Multiple low-dose challenges in a Rhesus Macaque AIDS vaccine trial result in an evolving host response that affects protective outcome

Christian Selinger, Natasa Strbo, Louis Gonzalez, Lauri Aicher, Jeffrey M. Weiss, G. Lynn Law, Robert E. Palermo, Monica Vaccari, Genoveffa Franchini, Eckhard R. Podack, Michael G. Katze

Research output: Contribution to journalArticlepeer-review

9 Scopus citations


Using whole-blood transcriptional profiling, we investigated differences in the host response to vaccination and challenge in a rhesus macaque AIDS vaccine trial. Samples were collected from animals prior to and after vaccination with live, irradiated vaccine cells secreting the modified endoplasmic reticulum chaperone gp96-Ig loaded with simian immunodeficiency virus (SIV) peptides, either alone or in combination with a SIV-gp120 protein boost. Additional samples were collected following multiple low-dose rectal challenges with SIVmac251. Animals in the boosted group had a 73% reduced risk of infection. Surprisingly, few changes in gene expression were observed during the vaccination phase. Focusing on postchallenge comparisons, in particular for protected animals, we identified a host response signature of protection comprised of strong interferon signaling after the first challenge, which then largely abated after further challenges. We also identified a host response signature, comprised of early macrophage-mediated inflammatory responses, in animals with undetectable viral loads 5 days after the first challenge but with unusually high viral titers after subsequent challenges. Statistical analysis showed that prime-boost vaccination significantly lowered the probability of infection in a time-consistent manner throughout several challenges. Given that humoral responses in the prime-boost group were highly significant prechallenge correlates of protection, the strong innate signaling after the first challenge suggests that interferon signaling may enhance vaccine-induced antibody responses and is an important contributor to protection from infection during repeated low-dose exposure to SIV.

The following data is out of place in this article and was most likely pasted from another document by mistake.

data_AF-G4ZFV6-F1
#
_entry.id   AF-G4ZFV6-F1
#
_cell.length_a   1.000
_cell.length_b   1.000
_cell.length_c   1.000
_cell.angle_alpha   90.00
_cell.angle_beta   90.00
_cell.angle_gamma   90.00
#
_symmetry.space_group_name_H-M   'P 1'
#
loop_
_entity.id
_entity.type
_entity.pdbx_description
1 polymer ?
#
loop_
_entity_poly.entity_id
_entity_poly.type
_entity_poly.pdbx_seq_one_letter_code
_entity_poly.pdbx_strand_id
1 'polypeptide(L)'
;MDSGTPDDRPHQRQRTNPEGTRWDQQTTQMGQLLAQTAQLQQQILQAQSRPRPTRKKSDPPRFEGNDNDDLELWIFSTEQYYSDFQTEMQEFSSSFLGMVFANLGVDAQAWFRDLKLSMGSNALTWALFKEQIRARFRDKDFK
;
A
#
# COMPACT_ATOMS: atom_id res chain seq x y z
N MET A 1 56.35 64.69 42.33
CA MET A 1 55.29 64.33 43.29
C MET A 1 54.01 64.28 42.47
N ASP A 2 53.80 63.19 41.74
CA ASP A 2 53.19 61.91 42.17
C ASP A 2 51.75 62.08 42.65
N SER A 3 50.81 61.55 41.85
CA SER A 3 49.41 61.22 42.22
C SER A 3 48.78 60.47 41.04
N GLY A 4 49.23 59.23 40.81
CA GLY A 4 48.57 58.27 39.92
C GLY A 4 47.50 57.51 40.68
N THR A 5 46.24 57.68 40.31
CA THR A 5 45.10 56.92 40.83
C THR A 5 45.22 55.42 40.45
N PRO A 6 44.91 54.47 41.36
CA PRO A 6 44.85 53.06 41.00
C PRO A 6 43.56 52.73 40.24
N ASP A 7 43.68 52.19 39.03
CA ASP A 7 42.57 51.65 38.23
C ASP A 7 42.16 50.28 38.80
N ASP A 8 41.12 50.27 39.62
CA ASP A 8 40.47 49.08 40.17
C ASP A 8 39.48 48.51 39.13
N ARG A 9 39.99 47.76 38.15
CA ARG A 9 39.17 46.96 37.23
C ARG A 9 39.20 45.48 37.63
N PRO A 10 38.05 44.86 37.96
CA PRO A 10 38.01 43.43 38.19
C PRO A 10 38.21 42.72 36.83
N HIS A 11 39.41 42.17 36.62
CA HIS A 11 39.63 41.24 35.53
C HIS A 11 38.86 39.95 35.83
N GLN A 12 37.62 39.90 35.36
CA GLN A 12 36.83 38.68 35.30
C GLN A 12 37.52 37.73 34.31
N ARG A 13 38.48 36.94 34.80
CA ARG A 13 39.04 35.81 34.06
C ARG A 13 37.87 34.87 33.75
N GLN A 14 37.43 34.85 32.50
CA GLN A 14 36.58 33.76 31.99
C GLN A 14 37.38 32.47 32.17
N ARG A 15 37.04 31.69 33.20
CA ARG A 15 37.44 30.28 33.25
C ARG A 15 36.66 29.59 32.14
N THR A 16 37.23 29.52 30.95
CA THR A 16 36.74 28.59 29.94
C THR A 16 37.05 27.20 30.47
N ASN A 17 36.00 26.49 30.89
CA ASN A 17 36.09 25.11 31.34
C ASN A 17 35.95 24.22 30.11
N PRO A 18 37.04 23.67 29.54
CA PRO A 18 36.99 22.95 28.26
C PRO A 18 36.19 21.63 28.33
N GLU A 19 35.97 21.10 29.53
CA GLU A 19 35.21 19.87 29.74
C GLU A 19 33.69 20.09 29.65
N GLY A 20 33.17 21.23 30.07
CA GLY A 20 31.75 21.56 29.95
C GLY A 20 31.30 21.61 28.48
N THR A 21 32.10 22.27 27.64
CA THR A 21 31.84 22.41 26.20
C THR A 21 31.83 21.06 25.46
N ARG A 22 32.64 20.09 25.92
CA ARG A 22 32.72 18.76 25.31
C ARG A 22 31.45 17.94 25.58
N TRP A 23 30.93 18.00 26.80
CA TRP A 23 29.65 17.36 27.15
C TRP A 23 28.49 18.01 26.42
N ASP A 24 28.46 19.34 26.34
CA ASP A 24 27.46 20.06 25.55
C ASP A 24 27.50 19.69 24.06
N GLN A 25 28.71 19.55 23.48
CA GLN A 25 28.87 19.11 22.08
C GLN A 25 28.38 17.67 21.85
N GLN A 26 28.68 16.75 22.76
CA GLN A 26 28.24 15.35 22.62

Original languageEnglish (US)
Pages (from-to)1650-1660
Number of pages11
JournalClinical and Vaccine Immunology
Issue number12
StatePublished - Dec 1 2014

ASJC Scopus subject areas

  • Immunology and Allergy
  • Immunology
  • Clinical Biochemistry
  • Microbiology (medical)


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